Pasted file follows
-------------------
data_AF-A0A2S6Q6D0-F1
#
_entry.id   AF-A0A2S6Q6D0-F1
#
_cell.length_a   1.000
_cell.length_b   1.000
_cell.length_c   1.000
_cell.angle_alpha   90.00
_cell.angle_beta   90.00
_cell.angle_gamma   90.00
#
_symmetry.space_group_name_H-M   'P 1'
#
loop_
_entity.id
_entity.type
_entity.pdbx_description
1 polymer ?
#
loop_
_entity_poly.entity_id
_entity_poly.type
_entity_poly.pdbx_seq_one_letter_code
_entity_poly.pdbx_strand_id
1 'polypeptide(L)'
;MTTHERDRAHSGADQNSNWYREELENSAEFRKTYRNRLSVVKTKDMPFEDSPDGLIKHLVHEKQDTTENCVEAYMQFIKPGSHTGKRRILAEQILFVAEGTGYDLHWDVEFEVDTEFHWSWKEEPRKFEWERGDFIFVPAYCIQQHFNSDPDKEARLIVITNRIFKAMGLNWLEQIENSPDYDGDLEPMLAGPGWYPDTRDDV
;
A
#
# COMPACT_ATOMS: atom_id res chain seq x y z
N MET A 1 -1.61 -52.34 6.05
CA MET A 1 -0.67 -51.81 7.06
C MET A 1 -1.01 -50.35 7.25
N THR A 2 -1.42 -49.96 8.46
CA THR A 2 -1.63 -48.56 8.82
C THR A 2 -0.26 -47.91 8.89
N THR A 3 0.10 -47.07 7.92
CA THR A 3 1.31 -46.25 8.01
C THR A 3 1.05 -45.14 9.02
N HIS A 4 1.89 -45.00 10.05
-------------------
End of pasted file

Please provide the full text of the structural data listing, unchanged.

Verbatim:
data_AF-A0A2S6Q6D0-F1
#
_entry.id   AF-A0A2S6Q6D0-F1
#
_cell.length_a   1.000
_cell.length_b   1.000
_cell.length_c   1.000
_cell.angle_alpha   90.00
_cell.angle_beta   90.00
_cell.angle_gamma   90.00
#
_symmetry.space_group_name_H-M   'P 1'
#
loop_
_entity.id
_entity.type
_entity.pdbx_description
1 polymer ?
#
loop_
_entity_poly.entity_id
_entity_poly.type
_entity_poly.pdbx_seq_one_letter_code
_entity_poly.pdbx_strand_id
1 'polypeptide(L)'
;MTTHERDRAHSGADQNSNWYREELENSAEFRKTYRNRLSVVKTKDMPFEDSPDGLIKHLVHEKQDTTENCVEAYMQFIKPGSHTGKRRILAEQILFVAEGTGYDLHWDVEFEVDTEFHWSWKEEPRKFEWERGDFIFVPAYCIQQHFNSDPDKEARLIVITNRIFKAMGLNWLEQIENSPDYDGDLEPMLAGPGWYPDTRDDV
;
A
#
# COMPACT_ATOMS: atom_id res chain seq x y z
N MET A 1 -1.61 -52.34 6.05
CA MET A 1 -0.67 -51.81 7.06
C MET A 1 -1.01 -50.35 7.25
N THR A 2 -1.42 -49.96 8.46
CA THR A 2 -1.63 -48.56 8.82
C THR A 2 -0.26 -47.91 8.89
N THR A 3 0.10 -47.07 7.92
CA THR A 3 1.31 -46.25 8.01
C THR A 3 1.05 -45.14 9.02
N HIS A 4 1.89 -45.00 10.05